Friday, March 30, 2007
Legal practitioners often need to know the structure of other state's court structure. Where do you go for this information? The National Center for State Courts has a great page on this. Simply choose your state from the map and the site gives you a visual overview of that state's court system. These charts can be particularly useful given that some states use confusing names for their courts. One notorious example is NY State's reference to its trial court as the "Supreme Court." These charts are also useful for states with complex judicial structures--Pennsylvania is an example.
Monday, March 26, 2007
What establishes whether or not you're considered a Maryland resident? The answer seems to depend on what the issue is. The Maryland MVA requires you to obtain a MD drivers license 60 days after you become a resident of the State. So, when are you a resident of the State? COMAR 11.11.06.02 defines a resident as someone who: (1) Owns, leases, or rents a primary place of residence in Maryland for more than 6 months; (2) Has no other residence in any other state or country (see COMAR section for further details). For income tax purposes, the definition is similar. There, a resident is defined as: 1. is domiciled in this State on the last day of the taxable year; or 2. for more than 6 months of the taxable year, maintained a place of abode in this State, whether domiciled in this State or not (Tax General Article of the MD Code 10-101). Finally, as far as voter registration, the Maryland Law Encyclopedia quotes Roberts v. Larkin, 340 MD 147, 1995 as defining residence as "the place of a person's fixed domicile."
Friday, March 16, 2007
Free Index To The MD Code & Rules
(UPDATE: Since this posting, the index seems to have disappeared from the site. If anyone knows why Lexis may have pulled this, please feel free to post comments). Lexis recently revamped their online version of the Maryland Code and Rules. As far as I can tell, most of the changes to the site are aesthetic. However, unless I missed this feature on the original edition, Lexis has added an online index for both the Code and the Rules. To access the index, click on either the Code or Rules and then click through until you reach the last folder in the sequence. Citations in the index link back to sections in the Code or Rules. The free West version of the MD Code and Rules does not offer an online index.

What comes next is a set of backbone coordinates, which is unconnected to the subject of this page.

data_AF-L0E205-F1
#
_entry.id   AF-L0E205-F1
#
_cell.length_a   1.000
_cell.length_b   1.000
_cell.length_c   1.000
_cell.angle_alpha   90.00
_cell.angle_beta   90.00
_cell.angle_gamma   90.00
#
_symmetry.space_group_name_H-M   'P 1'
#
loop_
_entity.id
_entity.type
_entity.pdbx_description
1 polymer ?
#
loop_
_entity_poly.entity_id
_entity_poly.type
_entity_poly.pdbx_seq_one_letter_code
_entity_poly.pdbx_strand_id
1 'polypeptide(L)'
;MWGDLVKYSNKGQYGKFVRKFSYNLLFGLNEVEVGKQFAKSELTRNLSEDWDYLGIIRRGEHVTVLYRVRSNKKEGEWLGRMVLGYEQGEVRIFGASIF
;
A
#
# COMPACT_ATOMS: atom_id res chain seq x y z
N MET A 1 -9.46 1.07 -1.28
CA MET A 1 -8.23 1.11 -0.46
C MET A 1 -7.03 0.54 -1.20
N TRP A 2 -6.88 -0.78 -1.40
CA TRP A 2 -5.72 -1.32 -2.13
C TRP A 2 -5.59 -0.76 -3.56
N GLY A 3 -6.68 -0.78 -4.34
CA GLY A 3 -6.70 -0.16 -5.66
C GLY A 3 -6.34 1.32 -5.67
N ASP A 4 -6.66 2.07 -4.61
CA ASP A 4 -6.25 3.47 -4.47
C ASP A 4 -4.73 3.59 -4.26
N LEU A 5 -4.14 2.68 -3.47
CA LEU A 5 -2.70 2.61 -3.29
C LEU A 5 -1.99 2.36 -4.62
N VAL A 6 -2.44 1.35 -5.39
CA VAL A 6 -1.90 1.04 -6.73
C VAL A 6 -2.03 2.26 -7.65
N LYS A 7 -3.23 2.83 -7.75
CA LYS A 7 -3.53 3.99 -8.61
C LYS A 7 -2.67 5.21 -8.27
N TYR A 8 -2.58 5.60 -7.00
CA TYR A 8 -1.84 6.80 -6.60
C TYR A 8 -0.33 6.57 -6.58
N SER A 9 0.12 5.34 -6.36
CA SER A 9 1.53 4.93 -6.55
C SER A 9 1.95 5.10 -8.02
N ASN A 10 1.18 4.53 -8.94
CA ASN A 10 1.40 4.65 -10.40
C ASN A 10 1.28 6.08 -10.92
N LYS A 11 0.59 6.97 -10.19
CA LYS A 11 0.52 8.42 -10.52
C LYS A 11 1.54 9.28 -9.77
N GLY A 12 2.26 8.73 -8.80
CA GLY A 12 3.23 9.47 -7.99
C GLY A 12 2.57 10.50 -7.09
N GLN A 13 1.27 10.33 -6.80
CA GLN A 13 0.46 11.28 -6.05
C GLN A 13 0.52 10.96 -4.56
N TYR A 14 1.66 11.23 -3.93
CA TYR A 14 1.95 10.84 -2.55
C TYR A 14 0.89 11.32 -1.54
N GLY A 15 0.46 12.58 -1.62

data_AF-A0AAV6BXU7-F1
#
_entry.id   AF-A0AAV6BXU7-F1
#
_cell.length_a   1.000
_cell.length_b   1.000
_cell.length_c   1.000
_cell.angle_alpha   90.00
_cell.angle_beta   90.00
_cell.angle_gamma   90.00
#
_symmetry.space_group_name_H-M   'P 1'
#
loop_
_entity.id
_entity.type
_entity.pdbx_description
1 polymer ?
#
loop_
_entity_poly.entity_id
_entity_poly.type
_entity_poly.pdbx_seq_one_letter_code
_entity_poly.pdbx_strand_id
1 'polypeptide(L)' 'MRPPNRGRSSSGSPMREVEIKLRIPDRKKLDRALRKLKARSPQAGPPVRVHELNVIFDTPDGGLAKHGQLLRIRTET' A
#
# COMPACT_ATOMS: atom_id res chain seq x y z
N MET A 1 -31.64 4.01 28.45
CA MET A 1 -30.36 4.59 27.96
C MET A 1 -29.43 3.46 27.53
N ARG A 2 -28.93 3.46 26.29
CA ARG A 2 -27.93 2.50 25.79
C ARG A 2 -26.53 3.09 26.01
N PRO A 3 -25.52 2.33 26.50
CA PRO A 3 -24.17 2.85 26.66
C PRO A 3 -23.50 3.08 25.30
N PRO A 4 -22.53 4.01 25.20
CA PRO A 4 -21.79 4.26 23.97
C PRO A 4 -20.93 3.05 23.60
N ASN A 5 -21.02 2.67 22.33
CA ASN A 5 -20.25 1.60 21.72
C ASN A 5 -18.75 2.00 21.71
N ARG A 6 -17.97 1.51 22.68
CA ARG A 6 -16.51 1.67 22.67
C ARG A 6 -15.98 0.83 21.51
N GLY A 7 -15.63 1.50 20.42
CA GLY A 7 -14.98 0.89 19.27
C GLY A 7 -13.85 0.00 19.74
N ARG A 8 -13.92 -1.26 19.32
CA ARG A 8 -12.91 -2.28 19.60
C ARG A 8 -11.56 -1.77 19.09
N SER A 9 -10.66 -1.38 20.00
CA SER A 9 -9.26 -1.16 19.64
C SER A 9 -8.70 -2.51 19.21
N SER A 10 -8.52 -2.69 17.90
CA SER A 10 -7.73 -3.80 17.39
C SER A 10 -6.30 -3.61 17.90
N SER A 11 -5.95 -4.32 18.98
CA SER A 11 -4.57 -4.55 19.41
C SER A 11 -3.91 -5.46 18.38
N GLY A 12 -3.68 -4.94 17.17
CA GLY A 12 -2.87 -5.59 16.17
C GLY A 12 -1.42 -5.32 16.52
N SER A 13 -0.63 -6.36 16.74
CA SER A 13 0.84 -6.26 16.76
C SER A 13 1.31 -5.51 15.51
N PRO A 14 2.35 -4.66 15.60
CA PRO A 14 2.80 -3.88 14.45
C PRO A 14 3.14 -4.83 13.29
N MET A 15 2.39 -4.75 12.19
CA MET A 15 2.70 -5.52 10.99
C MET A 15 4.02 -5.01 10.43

Wednesday, March 14, 2007
If you're interested in finding out which states (including Maryland) have adopted a particular uniform law, check out the following page from the National Conference of Commissioners on Uniform State Laws. For example, to find out which states adopted the Uniform Trade Secrets Act, select this Act from the drop-down menu, hit search, and then click on "Legislative Fact Sheet." This page then lists all states that have adopted the Act. In addition, for states which have not adopted the Act, the site also lists those states (under the "Bill Tracking" section) considering adopting the Act, along with links of where to locate the relevant bills. Apparently, you're also able to find all uniform laws adopted by a particular state by selecting your state from the drop-down menu and not selecting a particular act. I tried this, but it didn't seem to work for me. Maybe you'll have better luck.
Monday, March 05, 2007
Researching Maryland Regulations
The University of Baltimore Law Library recently posted this document, entitled "Research Guide For Maryland Regulations," on their site. This publication is also available from the MD State Law Library's "Sources of Maryland Laws" page. The Guide provides a history of MD regulations and an overview of how regulations are promulgated in Maryland. The Guide also contains a section on finding old (pre-1974) regulations and on finding out-of-date regulations from 1974 to the present.